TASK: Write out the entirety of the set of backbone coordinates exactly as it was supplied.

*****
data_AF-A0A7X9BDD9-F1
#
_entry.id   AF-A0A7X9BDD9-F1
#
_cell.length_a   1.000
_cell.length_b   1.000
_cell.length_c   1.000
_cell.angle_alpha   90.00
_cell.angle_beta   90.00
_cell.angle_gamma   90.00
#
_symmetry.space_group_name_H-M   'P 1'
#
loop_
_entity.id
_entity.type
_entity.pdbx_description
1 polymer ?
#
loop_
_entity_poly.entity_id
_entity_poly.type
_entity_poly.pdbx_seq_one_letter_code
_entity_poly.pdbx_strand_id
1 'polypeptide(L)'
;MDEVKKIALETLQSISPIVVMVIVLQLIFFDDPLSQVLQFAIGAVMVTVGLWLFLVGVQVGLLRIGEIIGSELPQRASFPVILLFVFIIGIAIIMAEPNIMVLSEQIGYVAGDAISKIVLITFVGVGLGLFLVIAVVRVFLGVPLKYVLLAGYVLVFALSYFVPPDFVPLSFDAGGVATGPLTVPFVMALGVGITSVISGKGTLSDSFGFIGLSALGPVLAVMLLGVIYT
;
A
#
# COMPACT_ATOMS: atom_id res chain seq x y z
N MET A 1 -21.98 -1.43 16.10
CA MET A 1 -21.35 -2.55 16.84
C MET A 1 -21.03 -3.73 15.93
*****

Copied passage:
data_AF-A0A7X9BDD9-F1
#
_entry.id   AF-A0A7X9BDD9-F1
#
_cell.length_a   1.000
_cell.length_b   1.000
_cell.length_c   1.000
_cell.angle_alpha   90.00
_cell.angle_beta   90.00
_cell.angle_gamma   90.00
#
_symmetry.space_group_name_H-M   'P 1'
#
loop_
_entity.id
_entity.type
_entity.pdbx_description
1 polymer ?
#
loop_
_entity_poly.entity_id
_entity_poly.type
_entity_poly.pdbx_seq_one_letter_code
_entity_poly.pdbx_strand_id
1 'polypeptide(L)'
;MDEVKKIALETLQSISPIVVMVIVLQLIFFDDPLSQVLQFAIGAVMVTVGLWLFLVGVQVGLLRIGEIIGSELPQRASFPVILLFVFIIGIAIIMAEPNIMVLSEQIGYVAGDAISKIVLITFVGVGLGLFLVIAVVRVFLGVPLKYVLLAGYVLVFALSYFVPPDFVPLSFDAGGVATGPLTVPFVMALGVGITSVISGKGTLSDSFGFIGLSALGPVLAVMLLGVIYT
;
A
#
# COMPACT_ATOMS: atom_id res chain seq x y z
N MET A 1 -21.98 -1.43 16.10
CA MET A 1 -21.35 -2.55 16.84
C MET A 1 -21.03 -3.73 15.93